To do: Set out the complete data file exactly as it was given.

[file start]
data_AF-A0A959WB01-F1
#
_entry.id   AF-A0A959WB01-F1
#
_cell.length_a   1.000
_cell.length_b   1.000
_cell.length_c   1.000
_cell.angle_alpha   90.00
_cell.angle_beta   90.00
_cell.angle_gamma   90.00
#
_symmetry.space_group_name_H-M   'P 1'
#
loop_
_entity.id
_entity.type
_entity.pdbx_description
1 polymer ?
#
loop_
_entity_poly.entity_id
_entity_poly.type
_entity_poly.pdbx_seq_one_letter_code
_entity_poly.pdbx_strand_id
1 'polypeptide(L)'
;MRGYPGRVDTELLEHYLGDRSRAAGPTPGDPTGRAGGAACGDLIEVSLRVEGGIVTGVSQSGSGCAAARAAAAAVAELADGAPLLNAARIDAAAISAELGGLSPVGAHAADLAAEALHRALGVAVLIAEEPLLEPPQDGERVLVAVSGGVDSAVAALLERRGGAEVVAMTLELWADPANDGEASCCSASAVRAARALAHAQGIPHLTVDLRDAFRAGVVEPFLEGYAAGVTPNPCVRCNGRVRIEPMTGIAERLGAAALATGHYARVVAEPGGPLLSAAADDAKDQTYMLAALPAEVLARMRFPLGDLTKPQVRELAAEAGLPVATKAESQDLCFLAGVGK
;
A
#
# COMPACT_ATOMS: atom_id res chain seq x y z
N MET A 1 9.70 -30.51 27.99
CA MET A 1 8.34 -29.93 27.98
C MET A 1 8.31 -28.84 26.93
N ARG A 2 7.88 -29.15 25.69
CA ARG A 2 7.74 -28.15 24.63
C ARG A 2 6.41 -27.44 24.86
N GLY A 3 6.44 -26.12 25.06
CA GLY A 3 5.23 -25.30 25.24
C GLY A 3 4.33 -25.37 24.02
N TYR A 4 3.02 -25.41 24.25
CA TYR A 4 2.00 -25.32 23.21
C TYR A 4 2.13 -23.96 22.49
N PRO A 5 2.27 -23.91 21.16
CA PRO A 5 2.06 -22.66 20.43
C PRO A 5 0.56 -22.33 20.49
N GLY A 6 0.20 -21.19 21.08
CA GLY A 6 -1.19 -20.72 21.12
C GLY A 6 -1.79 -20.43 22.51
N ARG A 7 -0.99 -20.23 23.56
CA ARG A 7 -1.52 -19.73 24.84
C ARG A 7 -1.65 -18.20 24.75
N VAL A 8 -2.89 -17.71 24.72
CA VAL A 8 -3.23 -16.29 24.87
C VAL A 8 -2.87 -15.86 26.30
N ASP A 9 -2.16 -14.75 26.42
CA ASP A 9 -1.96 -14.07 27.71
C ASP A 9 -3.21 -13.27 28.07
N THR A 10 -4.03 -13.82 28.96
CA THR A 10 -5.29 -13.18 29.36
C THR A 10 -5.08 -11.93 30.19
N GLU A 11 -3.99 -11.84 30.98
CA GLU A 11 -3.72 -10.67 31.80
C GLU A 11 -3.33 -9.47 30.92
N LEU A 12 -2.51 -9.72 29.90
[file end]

data_AF-A0A959WB01-F1
#
_entry.id   AF-A0A959WB01-F1
#
_cell.length_a   1.000
_cell.length_b   1.000
_cell.length_c   1.000
_cell.angle_alpha   90.00
_cell.angle_beta   90.00
_cell.angle_gamma   90.00
#
_symmetry.space_group_name_H-M   'P 1'
#
loop_
_entity.id
_entity.type
_entity.pdbx_description
1 polymer ?
#
loop_
_entity_poly.entity_id
_entity_poly.type
_entity_poly.pdbx_seq_one_letter_code
_entity_poly.pdbx_strand_id
1 'polypeptide(L)'
;MRGYPGRVDTELLEHYLGDRSRAAGPTPGDPTGRAGGAACGDLIEVSLRVEGGIVTGVSQSGSGCAAARAAAAAVAELADGAPLLNAARIDAAAISAELGGLSPVGAHAADLAAEALHRALGVAVLIAEEPLLEPPQDGERVLVAVSGGVDSAVAALLERRGGAEVVAMTLELWADPANDGEASCCSASAVRAARALAHAQGIPHLTVDLRDAFRAGVVEPFLEGYAAGVTPNPCVRCNGRVRIEPMTGIAERLGAAALATGHYARVVAEPGGPLLSAAADDAKDQTYMLAALPAEVLARMRFPLGDLTKPQVRELAAEAGLPVATKAESQDLCFLAGVGK
;
A
#
# COMPACT_ATOMS: atom_id res chain seq x y z
N MET A 1 9.70 -30.51 27.99
CA MET A 1 8.34 -29.93 27.98
C MET A 1 8.31 -28.84 26.93
N ARG A 2 7.88 -29.15 25.69
CA ARG A 2 7.74 -28.15 24.63
C ARG A 2 6.41 -27.44 24.86
N GLY A 3 6.44 -26.12 25.06
CA GLY A 3 5.23 -25.30 25.24
C GLY A 3 4.33 -25.37 24.02
N TYR A 4 3.02 -25.41 24.25
CA TYR A 4 2.00 -25.32 23.21
C TYR A 4 2.13 -23.96 22.49
N PRO A 5 2.27 -23.91 21.16
CA PRO A 5 2.06 -22.66 20.43
C PRO A 5 0.56 -22.33 20.49
N GLY A 6 0.20 -21.19 21.08
CA GLY A 6 -1.19 -20.72 21.12
C GLY A 6 -1.79 -20.43 22.51
N ARG A 7 -0.99 -20.23 23.56
CA ARG A 7 -1.52 -19.73 24.84
C ARG A 7 -1.65 -18.20 24.75
N VAL A 8 -2.89 -17.71 24.72
CA VAL A 8 -3.23 -16.29 24.87
C VAL A 8 -2.87 -15.86 26.30
N ASP A 9 -2.16 -14.75 26.42
CA ASP A 9 -1.96 -14.07 27.71
C ASP A 9 -3.21 -13.27 28.07
N THR A 10 -4.03 -13.82 28.96
CA THR A 10 -5.29 -13.18 29.36
C THR A 10 -5.08 -11.93 30.19
N GLU A 11 -3.99 -11.84 30.98
CA GLU A 11 -3.72 -10.67 31.80
C GLU A 11 -3.33 -9.47 30.92
N LEU A 12 -2.51 -9.72 29.90